Apple Stops Licensing Payments to Chip Provider Qualcomm

After a period of growing tension over their contract, Apple finally told Qualcomm, which provides the iPhone’s main components, that it will no longer pay licensing revenue to iPhone contract manufacturers. Apple is Qualcomm’s main source of profit, and a permanent end to this technology licensing revenue would be damaging to the chip manufacturer. This contract has been in force since Apple debuted the iPhone in 2007. As a result of Apple’s move, Qualcomm has downgraded its recently released forecasts.

According to Bloomberg, “Apple doesn’t have a direct license with Qualcomm, unlike other phone makers.”

“We’ve been trying to reach a licensing agreement with Qualcomm for more than five years but they have refused to negotiate fair terms,” stated Apple. “Without an agreed-upon rate to determine how much is owed, we have suspended payments until the correct amount can be determined by the court. As we’ve said before, Qualcomm’s demands are unreasonable and they have been charging higher rates based on our innovation, not their own.”


Qualcomm responded that Apple is infringing its “legal agreements with the contract makers of the iPhone … [which] predate Apple’s entry into the phone market and are still legally enforceable.”

“While Apple has acknowledged that payment is owed for the use of Qualcomm’s valuable intellectual property, it nevertheless continues to interfere with our contracts,” said Qualcomm general counsel Donald Rosenberg. “Apple has now unilaterally declared the contract terms unacceptable; the same terms that have applied to iPhones and cellular-enabled iPads for a decade.”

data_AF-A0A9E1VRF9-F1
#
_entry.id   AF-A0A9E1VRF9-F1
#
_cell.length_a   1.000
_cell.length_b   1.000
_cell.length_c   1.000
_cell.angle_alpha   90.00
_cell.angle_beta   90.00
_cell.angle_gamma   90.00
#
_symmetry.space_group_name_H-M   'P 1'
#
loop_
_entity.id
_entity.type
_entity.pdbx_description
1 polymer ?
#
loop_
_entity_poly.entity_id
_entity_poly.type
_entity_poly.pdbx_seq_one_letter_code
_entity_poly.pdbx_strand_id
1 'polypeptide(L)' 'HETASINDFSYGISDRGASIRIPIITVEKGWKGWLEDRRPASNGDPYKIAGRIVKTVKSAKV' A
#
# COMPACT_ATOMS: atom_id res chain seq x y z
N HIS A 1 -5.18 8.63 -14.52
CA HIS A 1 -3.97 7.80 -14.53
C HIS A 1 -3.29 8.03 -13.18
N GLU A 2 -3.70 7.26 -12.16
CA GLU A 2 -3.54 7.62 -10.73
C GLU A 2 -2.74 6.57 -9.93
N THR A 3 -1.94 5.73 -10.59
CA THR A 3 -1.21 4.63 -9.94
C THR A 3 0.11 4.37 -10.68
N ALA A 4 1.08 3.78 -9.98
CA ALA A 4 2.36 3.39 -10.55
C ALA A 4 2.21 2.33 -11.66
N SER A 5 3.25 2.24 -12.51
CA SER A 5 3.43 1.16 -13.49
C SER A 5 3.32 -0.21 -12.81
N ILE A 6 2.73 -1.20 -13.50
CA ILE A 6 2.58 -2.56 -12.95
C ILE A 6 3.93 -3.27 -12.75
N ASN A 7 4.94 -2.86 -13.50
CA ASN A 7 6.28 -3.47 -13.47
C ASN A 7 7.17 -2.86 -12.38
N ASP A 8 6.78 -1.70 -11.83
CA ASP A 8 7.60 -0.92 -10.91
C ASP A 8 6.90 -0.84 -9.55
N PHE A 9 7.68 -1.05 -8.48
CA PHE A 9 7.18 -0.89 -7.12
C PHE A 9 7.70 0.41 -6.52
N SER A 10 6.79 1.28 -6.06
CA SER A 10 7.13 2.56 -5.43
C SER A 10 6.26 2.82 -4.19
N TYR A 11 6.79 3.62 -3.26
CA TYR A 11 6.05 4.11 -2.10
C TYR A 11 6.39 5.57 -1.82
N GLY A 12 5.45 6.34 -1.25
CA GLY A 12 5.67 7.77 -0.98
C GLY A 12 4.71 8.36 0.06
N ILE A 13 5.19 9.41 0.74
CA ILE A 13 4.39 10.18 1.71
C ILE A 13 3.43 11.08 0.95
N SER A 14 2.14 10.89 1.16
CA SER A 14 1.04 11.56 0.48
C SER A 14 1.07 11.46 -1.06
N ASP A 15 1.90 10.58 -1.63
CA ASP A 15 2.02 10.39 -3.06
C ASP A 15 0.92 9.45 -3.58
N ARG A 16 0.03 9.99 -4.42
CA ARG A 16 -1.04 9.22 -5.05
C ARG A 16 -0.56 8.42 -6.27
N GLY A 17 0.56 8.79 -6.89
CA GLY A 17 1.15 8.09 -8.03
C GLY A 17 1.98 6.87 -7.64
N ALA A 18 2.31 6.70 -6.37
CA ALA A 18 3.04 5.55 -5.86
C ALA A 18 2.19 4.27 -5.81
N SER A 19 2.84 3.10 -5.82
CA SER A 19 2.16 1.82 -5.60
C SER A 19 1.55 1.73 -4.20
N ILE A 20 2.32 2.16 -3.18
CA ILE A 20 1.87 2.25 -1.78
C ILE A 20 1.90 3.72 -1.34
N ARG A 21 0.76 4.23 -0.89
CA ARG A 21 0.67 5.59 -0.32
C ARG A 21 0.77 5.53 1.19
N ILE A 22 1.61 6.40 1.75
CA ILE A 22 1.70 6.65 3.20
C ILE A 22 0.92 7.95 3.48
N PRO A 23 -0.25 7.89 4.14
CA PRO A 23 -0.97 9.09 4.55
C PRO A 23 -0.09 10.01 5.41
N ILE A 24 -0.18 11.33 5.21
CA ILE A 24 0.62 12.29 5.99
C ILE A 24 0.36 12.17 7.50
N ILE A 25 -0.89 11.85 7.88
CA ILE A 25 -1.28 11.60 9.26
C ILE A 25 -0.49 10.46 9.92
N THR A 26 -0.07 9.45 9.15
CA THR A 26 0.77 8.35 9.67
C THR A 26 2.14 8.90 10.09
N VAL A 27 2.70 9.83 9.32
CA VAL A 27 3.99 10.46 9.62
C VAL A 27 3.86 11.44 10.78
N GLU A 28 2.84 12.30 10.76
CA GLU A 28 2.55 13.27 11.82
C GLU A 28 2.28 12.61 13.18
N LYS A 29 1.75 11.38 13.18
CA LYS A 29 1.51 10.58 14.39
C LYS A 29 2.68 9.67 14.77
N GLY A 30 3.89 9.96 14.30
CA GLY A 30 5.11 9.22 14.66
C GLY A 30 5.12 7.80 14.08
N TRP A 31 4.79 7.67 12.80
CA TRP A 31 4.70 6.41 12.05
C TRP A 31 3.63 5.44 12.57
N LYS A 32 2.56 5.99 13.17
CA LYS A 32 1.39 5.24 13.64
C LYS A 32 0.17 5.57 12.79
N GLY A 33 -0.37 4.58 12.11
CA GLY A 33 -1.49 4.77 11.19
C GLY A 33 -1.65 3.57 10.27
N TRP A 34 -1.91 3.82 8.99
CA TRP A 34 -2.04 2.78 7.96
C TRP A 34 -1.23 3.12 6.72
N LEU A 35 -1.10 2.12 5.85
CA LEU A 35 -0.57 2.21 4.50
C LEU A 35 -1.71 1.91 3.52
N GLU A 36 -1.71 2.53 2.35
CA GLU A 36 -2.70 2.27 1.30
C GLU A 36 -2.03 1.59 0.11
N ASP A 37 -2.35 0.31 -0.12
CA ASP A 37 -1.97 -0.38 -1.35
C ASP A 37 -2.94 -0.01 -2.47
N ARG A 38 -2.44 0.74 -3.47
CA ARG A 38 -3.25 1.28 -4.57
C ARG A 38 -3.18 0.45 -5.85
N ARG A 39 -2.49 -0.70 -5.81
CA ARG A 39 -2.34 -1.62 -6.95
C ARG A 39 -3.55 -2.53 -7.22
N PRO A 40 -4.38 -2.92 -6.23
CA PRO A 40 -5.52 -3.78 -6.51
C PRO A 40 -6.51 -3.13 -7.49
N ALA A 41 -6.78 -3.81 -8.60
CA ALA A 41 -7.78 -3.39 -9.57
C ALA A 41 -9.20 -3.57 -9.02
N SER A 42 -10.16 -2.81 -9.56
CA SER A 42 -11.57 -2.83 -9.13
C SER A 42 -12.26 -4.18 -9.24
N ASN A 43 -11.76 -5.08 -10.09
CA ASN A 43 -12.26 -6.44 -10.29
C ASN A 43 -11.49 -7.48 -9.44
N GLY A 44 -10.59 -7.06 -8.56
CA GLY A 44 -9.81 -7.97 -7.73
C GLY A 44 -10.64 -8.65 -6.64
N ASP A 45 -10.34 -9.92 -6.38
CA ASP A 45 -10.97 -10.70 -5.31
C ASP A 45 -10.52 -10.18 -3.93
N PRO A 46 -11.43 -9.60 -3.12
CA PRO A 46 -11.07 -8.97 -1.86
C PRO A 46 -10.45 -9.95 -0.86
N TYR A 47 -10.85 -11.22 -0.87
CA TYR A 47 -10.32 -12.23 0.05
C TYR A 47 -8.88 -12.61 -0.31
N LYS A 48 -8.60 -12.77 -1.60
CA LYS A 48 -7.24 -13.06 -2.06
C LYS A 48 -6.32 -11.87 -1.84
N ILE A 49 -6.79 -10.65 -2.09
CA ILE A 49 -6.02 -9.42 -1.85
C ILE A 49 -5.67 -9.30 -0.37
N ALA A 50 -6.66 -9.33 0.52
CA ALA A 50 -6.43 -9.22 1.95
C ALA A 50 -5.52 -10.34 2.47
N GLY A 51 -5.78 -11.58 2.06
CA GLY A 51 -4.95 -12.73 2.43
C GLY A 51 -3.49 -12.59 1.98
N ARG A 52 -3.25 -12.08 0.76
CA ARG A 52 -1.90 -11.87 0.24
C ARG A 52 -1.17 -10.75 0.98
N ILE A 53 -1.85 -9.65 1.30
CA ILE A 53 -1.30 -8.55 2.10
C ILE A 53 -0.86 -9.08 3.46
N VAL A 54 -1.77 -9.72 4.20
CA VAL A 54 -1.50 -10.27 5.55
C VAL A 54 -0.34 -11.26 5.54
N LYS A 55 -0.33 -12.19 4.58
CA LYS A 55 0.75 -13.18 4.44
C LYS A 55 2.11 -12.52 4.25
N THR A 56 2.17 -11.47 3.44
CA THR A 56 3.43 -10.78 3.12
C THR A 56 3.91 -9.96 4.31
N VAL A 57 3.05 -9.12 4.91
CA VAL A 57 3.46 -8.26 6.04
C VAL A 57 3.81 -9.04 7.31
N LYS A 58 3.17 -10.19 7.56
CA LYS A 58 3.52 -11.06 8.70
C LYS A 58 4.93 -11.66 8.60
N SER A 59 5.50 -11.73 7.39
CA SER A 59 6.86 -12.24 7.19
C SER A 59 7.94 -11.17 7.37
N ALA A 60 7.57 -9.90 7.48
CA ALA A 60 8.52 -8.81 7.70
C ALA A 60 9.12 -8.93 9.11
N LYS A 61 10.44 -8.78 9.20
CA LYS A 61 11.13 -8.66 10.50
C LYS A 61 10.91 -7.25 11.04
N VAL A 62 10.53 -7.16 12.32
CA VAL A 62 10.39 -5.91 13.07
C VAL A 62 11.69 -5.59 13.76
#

Qualcomm uses the licensing revenue to fund R&D, a strategy that “has helped its chips stay ahead of rivals … [and] more than double revenue since 2010.”

Qualcomm also accuses Apple of making false claims to regulatory agencies, thus prompting investigations in the U.S., South Korea, Taiwan and Europe. Apple accused Qualcomm of “monopolizing the market for chips used in wireless devices and withholding $1 billion in retaliation for cooperating with South Korean antitrust authorities.”

Qualcomm countered that Apple simply wants to lower licensing fees, but Apple stated that it wants the return of a portion of the billions of dollars overcharged in “Qualcomm’s illegal scheme” to monopolize the mobile phone chip market.

Qualcomm, which holds patents for “the basics” of high-speed data-capable mobile phone systems, currently reaps a percentage of a phone’s total price, whether or not it uses a Qualcomm chip. The company’s latest Q3 projections, in light of Apple’s refusal to pay licensing fees, is revenue of $4.8 billion to $5.6 billion versus last week’s announced $5.3 billion to $6.1 billion. Earnings per share are estimated to be between 52 cents and 62 cents; earlier forecasts were 67 cents to 92 cents.

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